Maintain High Professional Standards: Even in times when the practice of journalism is most difficult, when avenues of access to information are often cut off or denied to the publication in question, it is important that independent media maintain high professional standards. It is harder for authorities to clamp down on a publication or radio station that has a near impeccable record. In our situation, even though the government does not necessarily approve of what the newspaper writes, The Namibian has nevertheless become the newspaper of choice. Even our opponents in the state feel obliged to read us.

Recognize the Importance of Training: If we believe that self-sufficiency is essential for political survival of media in conflict and post-conflict situations, then the training, in particular, of media management is necessary. There are a number of such initiatives in several parts of the world, including southern Africa, in which managers of emerging media are assisted in the areas of management and training with a view to sustainability. In our case we learned by trial and error, and I was forced to develop business acumen to ensure the financial survival of the newspaper. But, when possible, this should not be left to chance. Management training can bolster a media outlet’s chances of survival. I am often critical of how certain training initiatives in our country are undertaken, and this probably applies in other parts of the world as well. Some, though not all, nongovernmental organizations with money to spend launch training initiatives with little consultation with the media people in the country or region. This often results in an ad hoc approach. It is vital that local media organizations are consulted on their needs before such courses are embarked upon.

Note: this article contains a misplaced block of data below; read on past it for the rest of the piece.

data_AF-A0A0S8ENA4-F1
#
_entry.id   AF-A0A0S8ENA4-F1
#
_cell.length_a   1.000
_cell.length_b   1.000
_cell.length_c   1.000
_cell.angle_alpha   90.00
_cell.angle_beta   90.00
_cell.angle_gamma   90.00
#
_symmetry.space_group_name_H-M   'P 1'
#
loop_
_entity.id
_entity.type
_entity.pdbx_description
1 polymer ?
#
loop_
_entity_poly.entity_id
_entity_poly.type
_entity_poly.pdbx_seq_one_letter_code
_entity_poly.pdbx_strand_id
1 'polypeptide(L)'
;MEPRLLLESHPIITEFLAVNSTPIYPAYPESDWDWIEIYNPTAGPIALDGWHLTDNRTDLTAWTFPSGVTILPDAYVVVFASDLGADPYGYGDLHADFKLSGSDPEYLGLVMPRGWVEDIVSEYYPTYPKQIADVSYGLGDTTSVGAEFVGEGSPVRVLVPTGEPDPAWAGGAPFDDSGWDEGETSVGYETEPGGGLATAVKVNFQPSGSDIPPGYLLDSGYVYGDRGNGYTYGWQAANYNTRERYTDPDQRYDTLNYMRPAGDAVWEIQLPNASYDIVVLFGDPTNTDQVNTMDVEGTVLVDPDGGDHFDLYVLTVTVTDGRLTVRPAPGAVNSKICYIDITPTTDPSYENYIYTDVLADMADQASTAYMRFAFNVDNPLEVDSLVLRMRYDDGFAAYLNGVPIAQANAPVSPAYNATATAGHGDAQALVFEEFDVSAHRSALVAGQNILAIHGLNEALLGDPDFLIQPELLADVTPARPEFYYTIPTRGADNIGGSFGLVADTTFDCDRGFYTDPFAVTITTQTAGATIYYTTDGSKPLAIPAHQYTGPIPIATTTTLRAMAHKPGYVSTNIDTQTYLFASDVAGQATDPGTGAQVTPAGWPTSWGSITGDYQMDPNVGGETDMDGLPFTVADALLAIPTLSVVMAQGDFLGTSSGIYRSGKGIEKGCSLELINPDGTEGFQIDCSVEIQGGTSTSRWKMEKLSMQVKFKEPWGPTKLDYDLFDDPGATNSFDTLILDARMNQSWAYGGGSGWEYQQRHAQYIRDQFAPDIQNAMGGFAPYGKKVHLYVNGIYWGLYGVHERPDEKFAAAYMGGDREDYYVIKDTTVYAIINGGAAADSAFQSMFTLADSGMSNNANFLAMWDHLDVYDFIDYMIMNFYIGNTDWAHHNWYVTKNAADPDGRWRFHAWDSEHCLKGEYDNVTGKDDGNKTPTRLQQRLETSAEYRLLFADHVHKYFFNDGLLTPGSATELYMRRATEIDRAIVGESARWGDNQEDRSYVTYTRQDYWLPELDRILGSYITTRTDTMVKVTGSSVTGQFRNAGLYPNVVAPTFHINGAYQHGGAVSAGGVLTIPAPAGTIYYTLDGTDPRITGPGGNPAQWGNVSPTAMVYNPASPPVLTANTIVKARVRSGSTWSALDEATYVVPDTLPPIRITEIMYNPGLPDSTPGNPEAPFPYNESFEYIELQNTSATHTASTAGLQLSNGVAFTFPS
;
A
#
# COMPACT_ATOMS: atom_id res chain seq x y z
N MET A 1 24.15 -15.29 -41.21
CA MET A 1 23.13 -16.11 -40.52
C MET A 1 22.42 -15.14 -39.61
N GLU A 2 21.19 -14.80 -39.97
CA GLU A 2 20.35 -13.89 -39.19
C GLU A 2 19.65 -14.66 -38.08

Use Access to the Courts: During times of crisis, media should make use of the courts and receive assistance to do so. Many impediments to the survival of independent media are legislative in nature and need to be challenged in courts of law. As we found, even the most draconian systems have loopholes. In Namibia and in South Africa during apartheid, we were able to achieve a measure of independence and continue to publish our newspaper because of our use of the courts. Circumstances with the court system are not the same in all countries and, in the case of Zimbabwe, almost all possible loopholes have been closed. But media in such situations should exploit weaknesses in the system to any extent they can in order to survive.

Remain Lean and Mean: For want of a better expression, it is very important that independent media be managed on modest budgets. This is an essential key to our survival. At The Namibian, we can and do look after the basic needs of our journalists, but we avoid excessive salaries and lavish spending, especially for the most senior employees. In too many examples I’ve witnessed, or where I’ve assisted community independent media start up, commitment is tested when resources are meager. And there usually must be a tough transition period prior to sustainability. One should not forget that many big commercial media are being forced to cut back on staff and content and/or programming largely because of bureaucracy and overexpenditure.